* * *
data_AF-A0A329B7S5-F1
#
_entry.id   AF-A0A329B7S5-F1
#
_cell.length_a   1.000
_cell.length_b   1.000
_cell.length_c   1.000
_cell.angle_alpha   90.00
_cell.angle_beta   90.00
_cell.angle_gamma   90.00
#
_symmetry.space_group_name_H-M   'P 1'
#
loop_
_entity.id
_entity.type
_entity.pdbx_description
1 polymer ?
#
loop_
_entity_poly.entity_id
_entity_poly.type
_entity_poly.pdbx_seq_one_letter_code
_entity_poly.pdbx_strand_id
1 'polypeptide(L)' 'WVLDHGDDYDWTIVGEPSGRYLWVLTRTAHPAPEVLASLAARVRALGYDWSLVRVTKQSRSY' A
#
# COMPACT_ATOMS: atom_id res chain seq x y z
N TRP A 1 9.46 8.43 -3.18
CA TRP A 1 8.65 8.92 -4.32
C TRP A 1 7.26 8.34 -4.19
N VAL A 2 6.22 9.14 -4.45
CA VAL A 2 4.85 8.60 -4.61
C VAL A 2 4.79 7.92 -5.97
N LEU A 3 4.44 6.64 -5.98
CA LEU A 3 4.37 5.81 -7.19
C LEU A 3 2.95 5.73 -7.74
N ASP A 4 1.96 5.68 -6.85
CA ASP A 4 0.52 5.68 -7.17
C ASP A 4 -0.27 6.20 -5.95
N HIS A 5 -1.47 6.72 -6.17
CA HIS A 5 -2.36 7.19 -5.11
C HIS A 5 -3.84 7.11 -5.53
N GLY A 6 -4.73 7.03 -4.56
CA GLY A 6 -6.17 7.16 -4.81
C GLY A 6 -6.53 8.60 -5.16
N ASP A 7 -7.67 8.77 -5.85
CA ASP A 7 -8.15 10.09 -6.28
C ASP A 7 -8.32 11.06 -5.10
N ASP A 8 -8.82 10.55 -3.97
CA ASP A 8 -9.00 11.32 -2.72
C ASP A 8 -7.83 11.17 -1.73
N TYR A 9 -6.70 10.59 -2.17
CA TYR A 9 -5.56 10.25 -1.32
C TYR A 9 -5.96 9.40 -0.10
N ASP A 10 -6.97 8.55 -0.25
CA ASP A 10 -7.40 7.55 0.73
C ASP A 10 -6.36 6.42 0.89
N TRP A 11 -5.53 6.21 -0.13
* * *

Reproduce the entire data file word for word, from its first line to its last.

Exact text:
data_AF-A0A329B7S5-F1
#
_entry.id   AF-A0A329B7S5-F1
#
_cell.length_a   1.000
_cell.length_b   1.000
_cell.length_c   1.000
_cell.angle_alpha   90.00
_cell.angle_beta   90.00
_cell.angle_gamma   90.00
#
_symmetry.space_group_name_H-M   'P 1'
#
loop_
_entity.id
_entity.type
_entity.pdbx_description
1 polymer ?
#
loop_
_entity_poly.entity_id
_entity_poly.type
_entity_poly.pdbx_seq_one_letter_code
_entity_poly.pdbx_strand_id
1 'polypeptide(L)' 'WVLDHGDDYDWTIVGEPSGRYLWVLTRTAHPAPEVLASLAARVRALGYDWSLVRVTKQSRSY' A
#
# COMPACT_ATOMS: atom_id res chain seq x y z
N TRP A 1 9.46 8.43 -3.18
CA TRP A 1 8.65 8.92 -4.32
C TRP A 1 7.26 8.34 -4.19
N VAL A 2 6.22 9.14 -4.45
CA VAL A 2 4.85 8.60 -4.61
C VAL A 2 4.79 7.92 -5.97
N LEU A 3 4.44 6.64 -5.98
CA LEU A 3 4.37 5.81 -7.19
C LEU A 3 2.95 5.73 -7.74
N ASP A 4 1.96 5.68 -6.85
CA ASP A 4 0.52 5.68 -7.17
C ASP A 4 -0.27 6.20 -5.95
N HIS A 5 -1.47 6.72 -6.17
CA HIS A 5 -2.36 7.19 -5.11
C HIS A 5 -3.84 7.11 -5.53
N GLY A 6 -4.73 7.03 -4.56
CA GLY A 6 -6.17 7.16 -4.81
C GLY A 6 -6.53 8.60 -5.16
N ASP A 7 -7.67 8.77 -5.85
CA ASP A 7 -8.15 10.09 -6.28
C ASP A 7 -8.32 11.06 -5.10
N ASP A 8 -8.82 10.55 -3.97
CA ASP A 8 -9.00 11.32 -2.72
C ASP A 8 -7.83 11.17 -1.73
N TYR A 9 -6.70 10.59 -2.17
CA TYR A 9 -5.56 10.25 -1.32
C TYR A 9 -5.96 9.40 -0.10
N ASP A 10 -6.97 8.55 -0.25
CA ASP A 10 -7.40 7.55 0.73
C ASP A 10 -6.36 6.42 0.89
N TRP A 11 -5.53 6.21 -0.13